i++; // Move on to next position in the string
if (i == roman.length()) {
// There is no letter in the string following the one we have just processed.
// So just add the number corresponding to the single letter to arabic.
arabic += number;
}
else {
// Look at the next letter in the string. If it has a larger Roman numeral
// equivalent than number, then the two letters are counted together as
// a Roman numeral with value (nextNumber - number).
int nextNumber = letterToNumber(roman.charAt(i));
if (nextNumber > number) {
// Combine the two letters to get one value, and move on to next position in string.
arabic += (nextNumber - number);
i++;
}
else {
// Don't combine the letters. Just add the value of the one letter onto the number.
arabic += number;
}
}
} // end while
if (arabic > 3999)
throw new NumberFormatException("Roman numeral must have value 3999 or less.");
num = arabic;
} // end constructor
private int letterToNumber(char letter) {
// Find the integer value of letter considered as a Roman numeral. Return
// -1 if letter is not a legal Roman numeral. The letter must be upper case.
switch (letter) {
case 'I': return 1;
case 'V': return 5;
case 'X': return 10;
case 'L': return 50;
case 'C': return 100;
case 'D': return 500;
case 'M': return 1000;
default: return -1;
}
}
public String toString() {
// Return the standard representation of this Roman numeral.
String roman = ""; // The roman numeral.
int N = num; // N represents the part of num that still has
// to be converted to Roman numeral representation.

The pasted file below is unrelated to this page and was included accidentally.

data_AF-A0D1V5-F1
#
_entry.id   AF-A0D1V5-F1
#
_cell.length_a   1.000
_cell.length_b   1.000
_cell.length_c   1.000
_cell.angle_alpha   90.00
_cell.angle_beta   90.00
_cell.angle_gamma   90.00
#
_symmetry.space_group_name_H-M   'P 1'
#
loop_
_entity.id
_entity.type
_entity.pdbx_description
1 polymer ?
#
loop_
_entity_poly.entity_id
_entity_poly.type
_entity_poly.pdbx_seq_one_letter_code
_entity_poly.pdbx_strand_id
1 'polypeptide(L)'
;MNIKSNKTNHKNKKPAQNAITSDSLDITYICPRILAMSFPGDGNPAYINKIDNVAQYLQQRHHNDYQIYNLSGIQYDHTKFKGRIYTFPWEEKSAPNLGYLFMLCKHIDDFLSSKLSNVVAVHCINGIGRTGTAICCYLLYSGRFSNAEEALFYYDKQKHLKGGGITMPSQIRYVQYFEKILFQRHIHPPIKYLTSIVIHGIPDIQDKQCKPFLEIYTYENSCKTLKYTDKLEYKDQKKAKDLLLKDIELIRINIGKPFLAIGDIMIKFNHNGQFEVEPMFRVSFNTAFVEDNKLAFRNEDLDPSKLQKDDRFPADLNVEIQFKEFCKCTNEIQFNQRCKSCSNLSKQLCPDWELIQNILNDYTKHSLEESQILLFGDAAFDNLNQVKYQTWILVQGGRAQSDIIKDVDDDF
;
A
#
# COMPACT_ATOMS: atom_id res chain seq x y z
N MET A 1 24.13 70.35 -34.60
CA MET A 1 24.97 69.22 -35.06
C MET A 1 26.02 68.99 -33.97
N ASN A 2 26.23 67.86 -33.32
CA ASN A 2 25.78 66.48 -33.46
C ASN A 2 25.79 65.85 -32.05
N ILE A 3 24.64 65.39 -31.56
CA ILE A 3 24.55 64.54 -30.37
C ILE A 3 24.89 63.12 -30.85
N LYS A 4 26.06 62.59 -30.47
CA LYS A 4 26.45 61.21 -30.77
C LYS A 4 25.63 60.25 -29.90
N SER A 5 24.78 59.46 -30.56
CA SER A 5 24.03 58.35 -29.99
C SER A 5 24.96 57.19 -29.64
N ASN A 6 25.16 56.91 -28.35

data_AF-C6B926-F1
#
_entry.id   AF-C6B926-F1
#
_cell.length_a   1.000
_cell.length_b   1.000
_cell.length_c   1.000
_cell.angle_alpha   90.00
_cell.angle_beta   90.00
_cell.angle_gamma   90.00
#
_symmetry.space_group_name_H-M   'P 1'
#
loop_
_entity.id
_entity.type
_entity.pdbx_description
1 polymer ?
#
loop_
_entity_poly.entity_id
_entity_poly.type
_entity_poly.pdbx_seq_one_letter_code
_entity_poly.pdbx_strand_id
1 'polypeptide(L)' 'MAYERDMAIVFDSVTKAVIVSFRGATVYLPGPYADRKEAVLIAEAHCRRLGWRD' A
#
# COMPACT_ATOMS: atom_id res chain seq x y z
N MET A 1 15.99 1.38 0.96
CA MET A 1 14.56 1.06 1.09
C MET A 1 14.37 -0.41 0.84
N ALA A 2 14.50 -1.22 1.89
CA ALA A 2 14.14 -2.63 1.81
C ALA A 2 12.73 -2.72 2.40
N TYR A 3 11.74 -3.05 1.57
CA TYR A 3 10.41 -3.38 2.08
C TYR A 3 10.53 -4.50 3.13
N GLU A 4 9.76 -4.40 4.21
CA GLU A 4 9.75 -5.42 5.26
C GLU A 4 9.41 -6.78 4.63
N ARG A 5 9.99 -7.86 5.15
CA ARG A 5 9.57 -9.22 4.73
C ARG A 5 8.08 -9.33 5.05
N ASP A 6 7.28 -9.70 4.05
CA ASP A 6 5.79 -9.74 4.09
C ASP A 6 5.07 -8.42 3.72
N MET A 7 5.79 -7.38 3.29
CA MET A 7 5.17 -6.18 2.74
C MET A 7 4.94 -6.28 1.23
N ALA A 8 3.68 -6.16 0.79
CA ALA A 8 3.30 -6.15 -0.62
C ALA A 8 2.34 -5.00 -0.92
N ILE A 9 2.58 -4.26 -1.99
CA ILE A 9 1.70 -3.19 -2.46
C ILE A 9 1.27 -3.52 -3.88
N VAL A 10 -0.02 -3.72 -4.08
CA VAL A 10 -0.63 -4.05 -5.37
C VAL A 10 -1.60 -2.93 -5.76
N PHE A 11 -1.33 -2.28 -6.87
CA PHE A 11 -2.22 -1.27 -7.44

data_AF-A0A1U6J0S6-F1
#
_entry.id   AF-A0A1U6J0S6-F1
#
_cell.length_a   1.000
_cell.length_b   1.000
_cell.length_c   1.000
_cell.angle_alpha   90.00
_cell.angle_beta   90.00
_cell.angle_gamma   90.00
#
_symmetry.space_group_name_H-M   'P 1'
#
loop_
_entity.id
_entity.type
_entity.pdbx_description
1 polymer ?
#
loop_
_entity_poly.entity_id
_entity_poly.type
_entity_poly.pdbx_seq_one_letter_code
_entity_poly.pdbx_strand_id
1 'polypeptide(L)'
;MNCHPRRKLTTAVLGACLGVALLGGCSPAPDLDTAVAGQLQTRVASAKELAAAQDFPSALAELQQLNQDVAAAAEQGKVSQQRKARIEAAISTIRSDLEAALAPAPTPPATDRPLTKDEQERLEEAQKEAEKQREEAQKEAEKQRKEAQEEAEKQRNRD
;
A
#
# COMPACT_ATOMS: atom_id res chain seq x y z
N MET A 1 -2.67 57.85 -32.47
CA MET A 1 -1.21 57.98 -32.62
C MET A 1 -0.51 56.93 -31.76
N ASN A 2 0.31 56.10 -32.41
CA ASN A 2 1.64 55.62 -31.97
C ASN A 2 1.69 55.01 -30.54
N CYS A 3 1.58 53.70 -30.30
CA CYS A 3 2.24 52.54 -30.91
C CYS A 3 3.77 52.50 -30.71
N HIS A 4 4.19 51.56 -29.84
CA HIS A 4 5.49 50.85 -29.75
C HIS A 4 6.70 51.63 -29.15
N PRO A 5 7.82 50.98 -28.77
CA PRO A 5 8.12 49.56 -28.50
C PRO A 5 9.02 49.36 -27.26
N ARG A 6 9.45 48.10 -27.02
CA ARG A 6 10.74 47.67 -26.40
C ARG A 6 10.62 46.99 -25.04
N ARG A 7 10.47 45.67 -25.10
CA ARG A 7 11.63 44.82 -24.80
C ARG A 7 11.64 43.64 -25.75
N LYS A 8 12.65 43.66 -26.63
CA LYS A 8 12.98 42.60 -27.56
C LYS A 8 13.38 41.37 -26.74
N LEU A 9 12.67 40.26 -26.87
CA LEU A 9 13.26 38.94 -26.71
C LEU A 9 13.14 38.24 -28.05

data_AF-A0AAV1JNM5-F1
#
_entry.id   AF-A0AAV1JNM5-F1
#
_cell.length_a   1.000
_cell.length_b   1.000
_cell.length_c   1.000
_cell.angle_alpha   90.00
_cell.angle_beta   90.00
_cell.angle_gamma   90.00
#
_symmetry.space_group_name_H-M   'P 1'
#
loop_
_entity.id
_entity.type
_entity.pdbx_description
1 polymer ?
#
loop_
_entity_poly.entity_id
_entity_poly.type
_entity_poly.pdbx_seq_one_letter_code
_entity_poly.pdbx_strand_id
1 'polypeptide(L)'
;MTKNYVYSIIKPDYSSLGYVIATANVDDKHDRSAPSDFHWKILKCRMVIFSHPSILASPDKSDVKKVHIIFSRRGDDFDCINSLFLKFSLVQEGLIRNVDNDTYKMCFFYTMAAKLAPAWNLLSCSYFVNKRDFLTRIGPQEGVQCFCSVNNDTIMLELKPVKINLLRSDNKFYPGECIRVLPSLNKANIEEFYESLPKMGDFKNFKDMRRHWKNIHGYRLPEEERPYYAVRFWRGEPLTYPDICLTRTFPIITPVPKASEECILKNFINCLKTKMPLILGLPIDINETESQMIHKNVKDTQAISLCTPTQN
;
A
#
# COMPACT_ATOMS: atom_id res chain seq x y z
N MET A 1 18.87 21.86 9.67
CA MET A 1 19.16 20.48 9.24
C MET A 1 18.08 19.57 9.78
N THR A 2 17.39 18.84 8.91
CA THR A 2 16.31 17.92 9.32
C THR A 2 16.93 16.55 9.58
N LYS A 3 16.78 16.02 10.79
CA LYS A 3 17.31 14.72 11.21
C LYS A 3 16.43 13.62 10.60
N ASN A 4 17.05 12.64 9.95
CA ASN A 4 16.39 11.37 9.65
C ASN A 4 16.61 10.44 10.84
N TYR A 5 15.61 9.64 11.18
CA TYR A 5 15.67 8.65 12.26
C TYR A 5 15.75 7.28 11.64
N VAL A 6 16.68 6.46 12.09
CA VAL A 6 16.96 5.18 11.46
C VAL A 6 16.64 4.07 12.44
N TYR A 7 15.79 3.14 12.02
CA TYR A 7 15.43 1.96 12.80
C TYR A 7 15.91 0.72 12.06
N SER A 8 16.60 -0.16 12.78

for (int i = 0; i < numbers.length; i++) {
while (N >= numbers[i]) {
roman += letters[i];
N -= numbers[i];
}
}
return roman;
}
public int toInt() {
// Return the value of this Roman numeral as an int.
return num;
}
} // end class RomanNumeral

**The main program class:**

/* This program will convert Roman numerals to ordinary arabic numerals
and vice versa. The user can enter a numerals of either type. Arabic
numerals must be in the range from 1 to 3999 inclusive. The user ends
the program by entering an empty line.
*/
public class RomanConverter {
public static void main(String[] args) {
TextIO.putln("Enter a Roman numeral and I will convert it to an ordinary");
TextIO.putln("arabic integer. Enter an integer in the range 1 to 3999");
TextIO.putln("and I will convert it to a Roman numeral. Press return when");
TextIO.putln("you want to quit.");
while (true) {
TextIO.putln();
TextIO.put("? ");
/* Skip past any blanks at the beginning of the input line.
Break out of the loop if there is nothing else on the line. */
while (TextIO.peek() == ' ' || TextIO.peek() == '\t')
TextIO.getAnyChar();
if ( TextIO.peek() == '\n' )
break;
/* If the first non-blank character is a digit, read an arabic
numeral and convert it to a Roman numeral. Otherwise, read
a Roman numeral and convert it to an arabic numeral. */
if ( Character.isDigit(TextIO.peek()) ) {
int arabic = TextIO.getlnInt();
try {
RomanNumeral N = new RomanNumeral(arabic);
TextIO.putln(N.toInt() + " = " + N.toString());
}
catch (NumberFormatException e) {
TextIO.putln("Invalid input.");
TextIO.putln(e.getMessage());
}
}
else {
String roman = TextIO.getln();
try {
RomanNumeral N = new RomanNumeral(roman);
TextIO.putln(N.toString() + " = " + N.toInt());
}
catch (NumberFormatException e) {
TextIO.putln("Invalid input.");
TextIO.putln(e.getMessage());
}
}
} // end while
TextIO.putln("OK. Bye for now.");
} // end main()
} // end class RomanConverter